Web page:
So TA6 In, pull on our harnesses & helmets and a brief hike up to the top of the viaduct where we were checked in pairs. Shane & I were first to go over, while Shane was rigged I clipped into the scaffold and chatted away with Alan and the other army personnel manning the rigging. In no time Shane dropped out of view, missed the parapet and was shortly on the ground.

Well it was that or he fell, the rope was pulled in sharpish enough and it was my turn to go drop off a bridge.

Clipped on with my belay, wide stance, lean back and giving myself a good bit of leeway I dropped off to clear the arch. Nothing worse than barking your shins by missing your footing. Feeling like a Ninja I zipped down the line, 2m off the ground I stopped, bounced and dropped again landing like a pro 😀

I want to do that again!!

Dibbing with Roxanne (Ropes – 1000 points)under the bridge, we watched Kate and Mike follow us down before dragging them off to get back on the bikes again. We cycled on through the dawn, we stopped for a 15 min power nap on the grass verge in front of someone’s house at one point and continuing on we soon ran out of road.

This section from The Paddock to the Gap was cruel.

We called Ivan all sorts of names but ultimately agreed that we by our actions were enabling him to fulfill his sadistic love of hike-a-bike.

The Gap (B 21 -1000 points) turned out not where we thought it was and very soon there were 5 or 6 teams lined out on the hill with bikes across our packs trudging up through tight sheep tracks and knee deep heather. 1.5 hours is not long in the greater scheme of things but 1.5 hours with a backpack full of gear and a 10kg mountain bike on your back is not easy.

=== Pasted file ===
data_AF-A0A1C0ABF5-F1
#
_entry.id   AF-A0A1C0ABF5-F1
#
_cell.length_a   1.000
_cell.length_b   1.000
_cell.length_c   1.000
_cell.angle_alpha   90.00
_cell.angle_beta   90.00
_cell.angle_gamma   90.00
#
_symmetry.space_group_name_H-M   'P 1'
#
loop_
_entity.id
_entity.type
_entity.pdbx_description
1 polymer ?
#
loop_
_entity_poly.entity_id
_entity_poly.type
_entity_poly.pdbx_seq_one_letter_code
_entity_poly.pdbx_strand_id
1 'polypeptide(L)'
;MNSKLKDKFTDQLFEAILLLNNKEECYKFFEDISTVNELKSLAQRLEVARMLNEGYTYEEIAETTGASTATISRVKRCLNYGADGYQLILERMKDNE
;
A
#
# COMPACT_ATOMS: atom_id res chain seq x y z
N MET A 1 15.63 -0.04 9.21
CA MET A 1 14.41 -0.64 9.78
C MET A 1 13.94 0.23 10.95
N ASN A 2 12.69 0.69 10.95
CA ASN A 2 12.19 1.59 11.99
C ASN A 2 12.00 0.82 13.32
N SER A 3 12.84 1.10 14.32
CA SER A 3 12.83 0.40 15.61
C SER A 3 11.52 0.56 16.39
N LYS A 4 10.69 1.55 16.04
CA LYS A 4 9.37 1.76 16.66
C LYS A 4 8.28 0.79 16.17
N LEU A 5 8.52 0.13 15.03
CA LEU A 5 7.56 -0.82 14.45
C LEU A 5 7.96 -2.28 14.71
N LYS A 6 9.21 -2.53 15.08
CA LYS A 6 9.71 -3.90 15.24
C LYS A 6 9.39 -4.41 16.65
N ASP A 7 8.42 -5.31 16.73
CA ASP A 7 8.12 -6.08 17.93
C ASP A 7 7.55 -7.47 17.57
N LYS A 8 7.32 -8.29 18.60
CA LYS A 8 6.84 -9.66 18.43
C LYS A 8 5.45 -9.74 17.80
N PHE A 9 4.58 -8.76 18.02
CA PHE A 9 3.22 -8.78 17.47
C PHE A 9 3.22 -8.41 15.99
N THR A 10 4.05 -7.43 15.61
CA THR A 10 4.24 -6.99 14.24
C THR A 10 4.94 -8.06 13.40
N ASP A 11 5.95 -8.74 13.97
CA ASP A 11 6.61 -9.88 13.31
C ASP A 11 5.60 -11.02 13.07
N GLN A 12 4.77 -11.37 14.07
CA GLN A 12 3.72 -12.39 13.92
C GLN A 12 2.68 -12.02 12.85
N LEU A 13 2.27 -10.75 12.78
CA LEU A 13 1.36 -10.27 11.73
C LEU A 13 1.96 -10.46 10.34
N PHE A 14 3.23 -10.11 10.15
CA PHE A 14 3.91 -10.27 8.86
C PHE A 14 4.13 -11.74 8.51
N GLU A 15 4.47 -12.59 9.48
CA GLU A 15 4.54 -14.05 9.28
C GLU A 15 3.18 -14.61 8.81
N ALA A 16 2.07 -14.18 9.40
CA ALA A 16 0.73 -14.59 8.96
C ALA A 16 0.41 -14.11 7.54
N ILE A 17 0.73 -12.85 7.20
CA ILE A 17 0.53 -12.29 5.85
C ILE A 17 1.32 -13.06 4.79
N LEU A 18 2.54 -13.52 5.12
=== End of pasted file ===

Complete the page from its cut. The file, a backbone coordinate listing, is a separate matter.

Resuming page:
Our expectation of a super fast MTB descent was shortlived as we were on technical, rocky trails that had us on and off more times than a fridge light at a party. We dropped down to the exit trail and soon found ourselves back on the road flying towards TA7. I finally started to come strong on the bike and ended up towing a line of 7 bikes at pace into the village and transition.

Dropping the bikes we dived right into our food bags for recovery shakes, tuna rice salad and then curled up for 2 hours sleep in the astroturf hall.

Stage 10: Trek (49–75 km) Map I – Ballymacarbry to Ballymacarbry
Description
Trek in Comeragh mountains. The Comeragh mountains are a glaciated mountain range with several interesting features including many coums, bogs and historic sites.

We awoke to a bustling hall and changed into our trekking gear, refilling the bladders (backpack ones!) and packing enough food to get us through the  long day ahead headed out the door and back onto the roads to the Comeraghs.

Tiredness or eagerness had us miss the turn we planned and a brief scenic detour later we were back on track heading into the heather and bracken to pick up R22 (1000 points) located on a little wooden cross. You can see in this little clip how the conditions were starting to deteriorate up here.